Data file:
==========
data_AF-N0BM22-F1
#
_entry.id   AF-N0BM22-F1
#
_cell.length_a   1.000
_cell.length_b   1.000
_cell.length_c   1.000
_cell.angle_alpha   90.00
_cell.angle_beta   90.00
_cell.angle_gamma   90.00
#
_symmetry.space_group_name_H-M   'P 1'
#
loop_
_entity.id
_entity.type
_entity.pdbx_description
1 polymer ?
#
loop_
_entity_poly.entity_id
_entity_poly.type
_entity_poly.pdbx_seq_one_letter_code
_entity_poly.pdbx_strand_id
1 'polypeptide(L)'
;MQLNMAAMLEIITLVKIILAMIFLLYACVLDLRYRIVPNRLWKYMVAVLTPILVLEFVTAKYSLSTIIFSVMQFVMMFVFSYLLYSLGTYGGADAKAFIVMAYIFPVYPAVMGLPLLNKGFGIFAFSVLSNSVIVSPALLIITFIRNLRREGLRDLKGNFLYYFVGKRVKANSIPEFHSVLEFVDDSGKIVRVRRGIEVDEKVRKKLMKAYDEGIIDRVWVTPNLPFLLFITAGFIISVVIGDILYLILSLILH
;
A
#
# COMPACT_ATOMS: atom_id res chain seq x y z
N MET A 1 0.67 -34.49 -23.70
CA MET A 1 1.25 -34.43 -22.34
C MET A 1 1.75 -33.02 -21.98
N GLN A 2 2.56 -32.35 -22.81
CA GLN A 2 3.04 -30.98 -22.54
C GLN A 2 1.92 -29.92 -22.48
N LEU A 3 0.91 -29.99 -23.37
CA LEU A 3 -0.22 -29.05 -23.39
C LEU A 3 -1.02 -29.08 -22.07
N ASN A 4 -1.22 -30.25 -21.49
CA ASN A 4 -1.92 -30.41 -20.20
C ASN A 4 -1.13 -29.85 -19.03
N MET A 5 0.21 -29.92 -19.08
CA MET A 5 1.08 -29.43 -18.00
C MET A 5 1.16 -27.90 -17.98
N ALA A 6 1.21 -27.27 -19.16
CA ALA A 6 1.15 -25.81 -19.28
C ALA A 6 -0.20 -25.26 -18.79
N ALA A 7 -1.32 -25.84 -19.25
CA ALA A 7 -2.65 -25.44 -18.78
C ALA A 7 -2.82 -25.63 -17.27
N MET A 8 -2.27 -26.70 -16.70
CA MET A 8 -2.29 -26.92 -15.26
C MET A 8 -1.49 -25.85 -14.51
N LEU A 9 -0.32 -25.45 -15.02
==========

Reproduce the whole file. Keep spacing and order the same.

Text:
data_AF-N0BM22-F1
#
_entry.id   AF-N0BM22-F1
#
_cell.length_a   1.000
_cell.length_b   1.000
_cell.length_c   1.000
_cell.angle_alpha   90.00
_cell.angle_beta   90.00
_cell.angle_gamma   90.00
#
_symmetry.space_group_name_H-M   'P 1'
#
loop_
_entity.id
_entity.type
_entity.pdbx_description
1 polymer ?
#
loop_
_entity_poly.entity_id
_entity_poly.type
_entity_poly.pdbx_seq_one_letter_code
_entity_poly.pdbx_strand_id
1 'polypeptide(L)'
;MQLNMAAMLEIITLVKIILAMIFLLYACVLDLRYRIVPNRLWKYMVAVLTPILVLEFVTAKYSLSTIIFSVMQFVMMFVFSYLLYSLGTYGGADAKAFIVMAYIFPVYPAVMGLPLLNKGFGIFAFSVLSNSVIVSPALLIITFIRNLRREGLRDLKGNFLYYFVGKRVKANSIPEFHSVLEFVDDSGKIVRVRRGIEVDEKVRKKLMKAYDEGIIDRVWVTPNLPFLLFITAGFIISVVIGDILYLILSLILH
;
A
#
# COMPACT_ATOMS: atom_id res chain seq x y z
N MET A 1 0.67 -34.49 -23.70
CA MET A 1 1.25 -34.43 -22.34
C MET A 1 1.75 -33.02 -21.98
N GLN A 2 2.56 -32.35 -22.81
CA GLN A 2 3.04 -30.98 -22.54
C GLN A 2 1.92 -29.92 -22.48
N LEU A 3 0.91 -29.99 -23.37
CA LEU A 3 -0.22 -29.05 -23.39
C LEU A 3 -1.02 -29.08 -22.07
N ASN A 4 -1.22 -30.25 -21.49
CA ASN A 4 -1.92 -30.41 -20.20
C ASN A 4 -1.13 -29.85 -19.03
N MET A 5 0.21 -29.92 -19.08
CA MET A 5 1.08 -29.43 -18.00
C MET A 5 1.16 -27.90 -17.98
N ALA A 6 1.21 -27.27 -19.16
CA ALA A 6 1.15 -25.81 -19.28
C ALA A 6 -0.20 -25.26 -18.79
N ALA A 7 -1.32 -25.84 -19.25
CA ALA A 7 -2.65 -25.44 -18.78
C ALA A 7 -2.82 -25.63 -17.27
N MET A 8 -2.27 -26.70 -16.70
CA MET A 8 -2.29 -26.92 -15.26
C MET A 8 -1.49 -25.85 -14.51
N LEU A 9 -0.32 -25.45 -15.02